January 3, 2024

Seatack Historic District Achieves Listing in Virginia Landmarks Register

The Seatack community in Virginia Beach is now listed as a historic district in the Virginia Landmarks Register.

The Virginia Board of Historic Resources voted to accept the nomination at its Dec. 14 meeting.

Located along Birdneck Road, west of the Oceanfront, Seatack is a historically African American community that developed over time beginning in the late 19th century. The community established its own school and fire department when none was provided for them.

The historic district consists mainly of single-family, modest vernacular dwellings. It includes other popular residential styles including Minimal Traditional, Craftsman, Ranch and Colonial Revival. Also included are one example of Tudor Revival and a religious building in the Colonial Revival style. One contributing commercial-style building associated with automobile architecture remains along Birdneck Road, which used to be named Seatack Road.

The former Seatack Elementary School building, now the Virginia Beach Law Enforcement Training academy, is a cornerstone of the district and was built in 1952 as the first consolidated elementary school for African American students in what was then Princess Anne County. The school consolidated the existing African American schools in Seatack, Oceana, Great Neck, and Lynnhaven and was the first of three consolidated African American elementary schools in the county. The Seatack area was selected because it was the central point of a large African American population and “where the need was greatest.”

A large part of the early Seatack community can be traced back to the Williams family. Georgie Anne Williams and William Newton Williams Sr. owned about 100 acres along what is now Birdneck Road. They farmed the land and raised horses. Georgie Williams was a former enslaved person and served as a midwife in the community of mostly freed people. Over time, the Williams family divided the property and various generations helped develop the Seatack of today. The Morgan family was also important in the development of Seatack. A portion of America and Enoch Morgan’s farm was provided for the site of the consolidated Seatack Elementary School.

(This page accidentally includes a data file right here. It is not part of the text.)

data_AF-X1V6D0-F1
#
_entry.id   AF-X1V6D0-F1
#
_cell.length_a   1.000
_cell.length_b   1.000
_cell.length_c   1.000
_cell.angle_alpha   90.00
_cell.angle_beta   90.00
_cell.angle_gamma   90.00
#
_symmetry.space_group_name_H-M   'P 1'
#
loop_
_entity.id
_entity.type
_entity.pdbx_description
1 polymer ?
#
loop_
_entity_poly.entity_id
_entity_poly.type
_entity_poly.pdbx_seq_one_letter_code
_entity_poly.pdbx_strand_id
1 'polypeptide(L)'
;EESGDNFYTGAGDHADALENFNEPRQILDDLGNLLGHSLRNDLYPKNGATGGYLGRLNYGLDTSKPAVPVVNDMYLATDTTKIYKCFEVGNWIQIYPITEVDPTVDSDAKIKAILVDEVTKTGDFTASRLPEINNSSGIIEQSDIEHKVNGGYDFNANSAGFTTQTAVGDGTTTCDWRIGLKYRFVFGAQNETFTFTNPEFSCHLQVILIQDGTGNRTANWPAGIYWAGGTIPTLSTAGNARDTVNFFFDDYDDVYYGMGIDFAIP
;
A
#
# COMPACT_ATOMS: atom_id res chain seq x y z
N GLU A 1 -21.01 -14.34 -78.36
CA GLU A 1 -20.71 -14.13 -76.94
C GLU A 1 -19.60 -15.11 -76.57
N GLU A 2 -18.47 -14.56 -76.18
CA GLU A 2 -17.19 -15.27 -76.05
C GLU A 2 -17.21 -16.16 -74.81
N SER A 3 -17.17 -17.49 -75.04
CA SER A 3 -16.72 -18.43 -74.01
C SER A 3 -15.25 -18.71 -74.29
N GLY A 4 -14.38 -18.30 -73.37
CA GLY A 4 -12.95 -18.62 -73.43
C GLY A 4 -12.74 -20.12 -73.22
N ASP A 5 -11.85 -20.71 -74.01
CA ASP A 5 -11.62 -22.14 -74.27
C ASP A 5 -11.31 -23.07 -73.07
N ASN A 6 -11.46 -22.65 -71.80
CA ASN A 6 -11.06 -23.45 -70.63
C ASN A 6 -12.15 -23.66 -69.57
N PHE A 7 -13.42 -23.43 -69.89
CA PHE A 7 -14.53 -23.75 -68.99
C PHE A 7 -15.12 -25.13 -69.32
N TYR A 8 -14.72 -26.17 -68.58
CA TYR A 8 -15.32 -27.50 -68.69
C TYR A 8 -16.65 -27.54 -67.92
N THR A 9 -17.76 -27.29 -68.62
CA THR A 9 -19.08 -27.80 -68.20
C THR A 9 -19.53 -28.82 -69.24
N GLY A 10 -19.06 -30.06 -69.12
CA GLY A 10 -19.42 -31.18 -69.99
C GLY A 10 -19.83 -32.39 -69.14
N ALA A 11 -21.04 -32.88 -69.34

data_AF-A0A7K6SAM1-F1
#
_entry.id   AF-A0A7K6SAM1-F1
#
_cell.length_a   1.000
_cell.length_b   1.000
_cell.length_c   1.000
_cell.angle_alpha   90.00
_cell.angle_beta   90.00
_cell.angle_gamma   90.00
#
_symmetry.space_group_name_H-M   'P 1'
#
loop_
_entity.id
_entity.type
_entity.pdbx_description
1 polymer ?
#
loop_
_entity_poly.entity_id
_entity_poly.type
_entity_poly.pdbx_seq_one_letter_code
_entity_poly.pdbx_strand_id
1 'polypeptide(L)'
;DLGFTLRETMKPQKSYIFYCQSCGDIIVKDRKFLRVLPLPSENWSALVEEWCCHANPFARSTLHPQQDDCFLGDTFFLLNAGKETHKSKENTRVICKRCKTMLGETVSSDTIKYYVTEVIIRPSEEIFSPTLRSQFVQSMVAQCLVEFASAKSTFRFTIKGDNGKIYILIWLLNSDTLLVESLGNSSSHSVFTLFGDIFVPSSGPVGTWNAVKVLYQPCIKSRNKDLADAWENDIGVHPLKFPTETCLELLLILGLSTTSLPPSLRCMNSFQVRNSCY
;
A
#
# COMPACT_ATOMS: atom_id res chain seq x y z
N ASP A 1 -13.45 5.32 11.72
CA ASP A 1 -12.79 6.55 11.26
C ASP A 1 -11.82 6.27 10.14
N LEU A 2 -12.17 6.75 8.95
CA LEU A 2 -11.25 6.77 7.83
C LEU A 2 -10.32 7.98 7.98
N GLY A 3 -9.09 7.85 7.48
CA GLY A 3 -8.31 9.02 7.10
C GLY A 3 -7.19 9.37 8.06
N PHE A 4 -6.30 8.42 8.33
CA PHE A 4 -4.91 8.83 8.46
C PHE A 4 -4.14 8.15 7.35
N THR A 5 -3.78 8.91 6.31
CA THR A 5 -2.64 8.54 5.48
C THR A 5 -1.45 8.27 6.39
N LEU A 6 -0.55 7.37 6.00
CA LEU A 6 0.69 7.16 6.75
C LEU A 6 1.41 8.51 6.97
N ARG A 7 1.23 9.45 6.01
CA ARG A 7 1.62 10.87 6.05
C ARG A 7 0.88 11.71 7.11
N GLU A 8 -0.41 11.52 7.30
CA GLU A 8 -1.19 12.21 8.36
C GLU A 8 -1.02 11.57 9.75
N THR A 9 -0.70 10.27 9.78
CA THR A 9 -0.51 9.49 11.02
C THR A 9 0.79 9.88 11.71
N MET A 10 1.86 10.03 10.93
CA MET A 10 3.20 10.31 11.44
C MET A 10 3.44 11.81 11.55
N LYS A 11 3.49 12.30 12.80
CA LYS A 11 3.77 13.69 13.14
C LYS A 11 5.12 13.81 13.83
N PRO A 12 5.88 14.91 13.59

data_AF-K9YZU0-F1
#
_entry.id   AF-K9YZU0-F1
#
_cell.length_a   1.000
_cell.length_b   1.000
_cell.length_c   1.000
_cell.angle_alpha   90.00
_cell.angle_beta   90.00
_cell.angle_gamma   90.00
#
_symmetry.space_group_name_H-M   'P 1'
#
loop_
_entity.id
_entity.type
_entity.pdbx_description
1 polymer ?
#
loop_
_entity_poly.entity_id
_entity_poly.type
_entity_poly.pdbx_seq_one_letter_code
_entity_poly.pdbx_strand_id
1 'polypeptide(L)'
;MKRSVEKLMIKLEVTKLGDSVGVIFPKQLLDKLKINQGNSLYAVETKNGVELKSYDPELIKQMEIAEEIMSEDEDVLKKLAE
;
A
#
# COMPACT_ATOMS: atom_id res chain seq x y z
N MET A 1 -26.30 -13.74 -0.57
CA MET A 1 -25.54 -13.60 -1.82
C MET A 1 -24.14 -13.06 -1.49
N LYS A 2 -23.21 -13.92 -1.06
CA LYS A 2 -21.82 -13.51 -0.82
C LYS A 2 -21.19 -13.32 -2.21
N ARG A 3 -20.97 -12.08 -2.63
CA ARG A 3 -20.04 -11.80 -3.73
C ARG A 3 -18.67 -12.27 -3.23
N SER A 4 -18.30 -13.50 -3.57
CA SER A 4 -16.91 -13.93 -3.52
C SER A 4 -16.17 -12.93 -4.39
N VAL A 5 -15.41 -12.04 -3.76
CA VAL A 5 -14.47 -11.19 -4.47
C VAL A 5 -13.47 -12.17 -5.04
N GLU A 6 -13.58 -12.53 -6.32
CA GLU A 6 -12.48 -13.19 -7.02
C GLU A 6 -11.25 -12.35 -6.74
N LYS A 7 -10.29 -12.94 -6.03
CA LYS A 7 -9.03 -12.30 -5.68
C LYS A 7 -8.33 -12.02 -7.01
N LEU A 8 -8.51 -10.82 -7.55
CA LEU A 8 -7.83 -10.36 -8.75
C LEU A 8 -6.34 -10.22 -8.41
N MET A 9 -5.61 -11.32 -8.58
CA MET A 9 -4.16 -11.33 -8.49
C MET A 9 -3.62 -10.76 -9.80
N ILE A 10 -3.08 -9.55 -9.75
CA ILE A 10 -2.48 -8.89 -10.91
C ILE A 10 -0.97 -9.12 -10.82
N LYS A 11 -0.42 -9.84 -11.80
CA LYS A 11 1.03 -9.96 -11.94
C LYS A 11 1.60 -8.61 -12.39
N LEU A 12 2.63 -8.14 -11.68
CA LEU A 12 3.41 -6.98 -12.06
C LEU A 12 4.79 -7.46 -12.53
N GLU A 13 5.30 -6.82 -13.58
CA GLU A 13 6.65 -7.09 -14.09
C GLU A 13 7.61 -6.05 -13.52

The nomination was produced with assistance from the Underrepresented Communities grant program, administered by the National Park Service, Department of the Interior. The grant program focuses on documenting the homes, lives, landscapes, and experiences of underrepresented peoples who played a significant role in our national history. Additional funding was provided by the City of Virginia Beach through the Historic Preservation Commission. The nomination will next be forwarded to the National Park Service for consideration for listing the Seatack Historic District in the National Register of Historic Places. Listing in the Virginia Landmarks Register and National Register is honorary and does not impose restrictions or provide protection for properties located in historic districts.

Seatack Historic District Achieves Listing in Virginia Landmarks Register

Seatack is a historically African American community that has just been listed as a Historic District in the Virginia Landmarks Register.

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Jina Gaines Templeton

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